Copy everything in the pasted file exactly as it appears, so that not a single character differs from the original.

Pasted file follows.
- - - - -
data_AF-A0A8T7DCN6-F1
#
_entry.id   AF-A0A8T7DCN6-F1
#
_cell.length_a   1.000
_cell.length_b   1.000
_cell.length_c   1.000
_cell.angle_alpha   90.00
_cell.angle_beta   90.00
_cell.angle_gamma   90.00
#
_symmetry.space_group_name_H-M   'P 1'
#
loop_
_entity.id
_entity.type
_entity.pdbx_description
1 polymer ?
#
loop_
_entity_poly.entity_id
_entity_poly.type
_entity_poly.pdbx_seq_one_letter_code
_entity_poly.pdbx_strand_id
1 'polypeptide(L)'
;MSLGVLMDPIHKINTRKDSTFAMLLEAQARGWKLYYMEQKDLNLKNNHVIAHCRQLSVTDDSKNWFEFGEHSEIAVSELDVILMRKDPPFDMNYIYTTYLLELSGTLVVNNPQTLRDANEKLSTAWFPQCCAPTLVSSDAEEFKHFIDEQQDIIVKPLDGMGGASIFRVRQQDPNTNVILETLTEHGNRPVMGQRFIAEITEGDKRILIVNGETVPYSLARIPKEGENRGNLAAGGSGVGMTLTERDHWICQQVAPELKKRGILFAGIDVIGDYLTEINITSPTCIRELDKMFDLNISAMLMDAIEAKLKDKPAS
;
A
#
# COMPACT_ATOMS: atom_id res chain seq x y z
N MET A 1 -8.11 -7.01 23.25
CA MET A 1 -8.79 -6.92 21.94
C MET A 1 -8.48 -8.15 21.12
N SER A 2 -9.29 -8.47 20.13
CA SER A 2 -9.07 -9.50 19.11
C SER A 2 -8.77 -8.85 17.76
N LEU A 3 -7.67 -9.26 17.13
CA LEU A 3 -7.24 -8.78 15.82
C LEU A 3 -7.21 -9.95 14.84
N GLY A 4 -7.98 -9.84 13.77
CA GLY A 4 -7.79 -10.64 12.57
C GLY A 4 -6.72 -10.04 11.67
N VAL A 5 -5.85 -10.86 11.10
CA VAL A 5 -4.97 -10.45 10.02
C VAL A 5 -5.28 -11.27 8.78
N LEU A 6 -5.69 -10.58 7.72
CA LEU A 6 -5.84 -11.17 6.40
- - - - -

data_AF-A0A8T7DCN6-F1
#
_entry.id   AF-A0A8T7DCN6-F1
#
_cell.length_a   1.000
_cell.length_b   1.000
_cell.length_c   1.000
_cell.angle_alpha   90.00
_cell.angle_beta   90.00
_cell.angle_gamma   90.00
#
_symmetry.space_group_name_H-M   'P 1'
#
loop_
_entity.id
_entity.type
_entity.pdbx_description
1 polymer ?
#
loop_
_entity_poly.entity_id
_entity_poly.type
_entity_poly.pdbx_seq_one_letter_code
_entity_poly.pdbx_strand_id
1 'polypeptide(L)'
;MSLGVLMDPIHKINTRKDSTFAMLLEAQARGWKLYYMEQKDLNLKNNHVIAHCRQLSVTDDSKNWFEFGEHSEIAVSELDVILMRKDPPFDMNYIYTTYLLELSGTLVVNNPQTLRDANEKLSTAWFPQCCAPTLVSSDAEEFKHFIDEQQDIIVKPLDGMGGASIFRVRQQDPNTNVILETLTEHGNRPVMGQRFIAEITEGDKRILIVNGETVPYSLARIPKEGENRGNLAAGGSGVGMTLTERDHWICQQVAPELKKRGILFAGIDVIGDYLTEINITSPTCIRELDKMFDLNISAMLMDAIEAKLKDKPAS
;
A
#
# COMPACT_ATOMS: atom_id res chain seq x y z
N MET A 1 -8.11 -7.01 23.25
CA MET A 1 -8.79 -6.92 21.94
C MET A 1 -8.48 -8.15 21.12
N SER A 2 -9.29 -8.47 20.13
CA SER A 2 -9.07 -9.50 19.11
C SER A 2 -8.77 -8.85 17.76
N LEU A 3 -7.67 -9.26 17.13
CA LEU A 3 -7.24 -8.78 15.82
C LEU A 3 -7.21 -9.95 14.84
N GLY A 4 -7.98 -9.84 13.77
CA GLY A 4 -7.79 -10.64 12.57
C GLY A 4 -6.72 -10.04 11.67
N VAL A 5 -5.85 -10.86 11.10
CA VAL A 5 -4.97 -10.45 10.02
C VAL A 5 -5.28 -11.27 8.78
N LEU A 6 -5.69 -10.58 7.72
CA LEU A 6 -5.84 -11.17 6.40